Faith & Life



By Cathi Douglas     9/9/2020

With many catholic families finding themselves sandwiched between caring for growing children and aging relatives, ministries to caregivers are top priorities for the Diocese of Orange and its parishes. 

“What I’ve found is that caregivers are so busy with caretaking that they fall off the radar,” says Jennifer Dagarag, R.N., community nurse for St. Irenaeus Church in Cypress. “Their biggest fears are of abandonment and being overlooked. They don’t want to be a burden, but they don’t want to be forgotten about, either.” 

Dagarag works with her parish’s hospitality teams to identify elderly couples, families whose members have disabilities, and adults with special needs to maintain relationships with them and provide them with resources.  

“When one of a couple is missing, we need to check on them. Is there a medical issue at home?” she says. “When we can meet their needs for delivering food or help when they feel overwhelmed, we are caring for their spiritual needs.” 

Linda Ji, the diocese’s director of pastoral services for families in all stages, notes that several Orange County parishes have nurses like Dagarag on staff to provide outreach to those in need and promote wellness among individuals and families. 

“There is more we can do as a Church to make intergenerational connections,” Ji observes. “The most active members of most parishes are older people. I think that makes it important to provide interactions between generations, and to offer the opportunity for faith to be shared.” 

Dagarag notes that parishes like St. Irenaeus are reaching out to caregivers to provide much-needed support. “Caregivers need a lot of support, and that must be recognized,” she says. “We all need to support them, and to have conversations with them about how difficult it is. We must recognize when our brothers and sisters are in need – and that identification comes from awareness.”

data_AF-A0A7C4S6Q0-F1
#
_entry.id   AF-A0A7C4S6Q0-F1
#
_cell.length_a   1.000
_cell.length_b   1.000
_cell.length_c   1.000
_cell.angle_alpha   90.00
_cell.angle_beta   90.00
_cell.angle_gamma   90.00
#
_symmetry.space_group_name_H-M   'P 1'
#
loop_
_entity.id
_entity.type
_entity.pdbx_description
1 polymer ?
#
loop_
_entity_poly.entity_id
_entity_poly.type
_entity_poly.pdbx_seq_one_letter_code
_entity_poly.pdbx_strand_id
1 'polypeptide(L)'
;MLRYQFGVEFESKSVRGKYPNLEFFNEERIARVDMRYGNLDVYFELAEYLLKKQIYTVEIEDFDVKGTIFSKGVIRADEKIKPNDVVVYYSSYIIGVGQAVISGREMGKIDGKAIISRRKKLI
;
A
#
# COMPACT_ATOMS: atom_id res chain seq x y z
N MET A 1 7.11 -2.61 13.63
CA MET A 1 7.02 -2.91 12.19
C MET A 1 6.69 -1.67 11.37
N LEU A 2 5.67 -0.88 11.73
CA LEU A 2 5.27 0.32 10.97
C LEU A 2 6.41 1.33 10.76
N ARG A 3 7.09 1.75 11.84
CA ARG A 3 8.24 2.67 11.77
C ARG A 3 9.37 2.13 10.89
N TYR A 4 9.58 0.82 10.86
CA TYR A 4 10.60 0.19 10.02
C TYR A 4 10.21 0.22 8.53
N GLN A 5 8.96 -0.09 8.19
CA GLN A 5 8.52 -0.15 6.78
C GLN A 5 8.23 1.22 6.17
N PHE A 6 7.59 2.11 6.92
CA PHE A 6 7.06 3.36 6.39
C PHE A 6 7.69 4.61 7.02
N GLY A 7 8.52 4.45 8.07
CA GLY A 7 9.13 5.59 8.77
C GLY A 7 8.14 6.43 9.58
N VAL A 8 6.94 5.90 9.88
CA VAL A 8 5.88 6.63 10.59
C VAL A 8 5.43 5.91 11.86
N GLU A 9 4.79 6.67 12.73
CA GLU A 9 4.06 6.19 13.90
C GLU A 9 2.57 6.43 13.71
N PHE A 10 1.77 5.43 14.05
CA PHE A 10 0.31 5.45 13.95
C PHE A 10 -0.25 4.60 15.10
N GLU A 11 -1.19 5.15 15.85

The Diocese of Orange is part of the statewide Whole Person Initiative, a collaborative effort between the California bishops and Catholic health care systems that began in 2015 as Catholics fought California’s physician-assisted suicide law. Joseph Dao, regional program manager for the initiative, says it is training parishioners to be a support for those who are seriously ill, as well as providing resources for palliative care and hospice. 

Dao estimates that 46 percent of the caregiving provided statewide is by unpaid caregivers, equaling about $470 million in unpaid care. “We talk about the crisis in caregiving,” he said, “and we offer a map of caregivers’ resources, tips on self-care for caregivers, and ideas on how to communicate with caregivers who are having a hard time.” 

Given the global coronavirus pandemic, caregivers are even more stressed – and more people are finding themselves in the roles of caregivers. 

“One thing the pandemic has brought to light is that we can’t expect everyone to come to our parish doors,” Ji notes. “We need to go out more. If we want to reach people in need, we must meet them where they’re at.  

“We can provide space and support for them at church, but we need to go out and find the people who need support,” she adds. “That’s what Christ did. He knew that healing needs to come first – then people are prepared to hear the gospel.”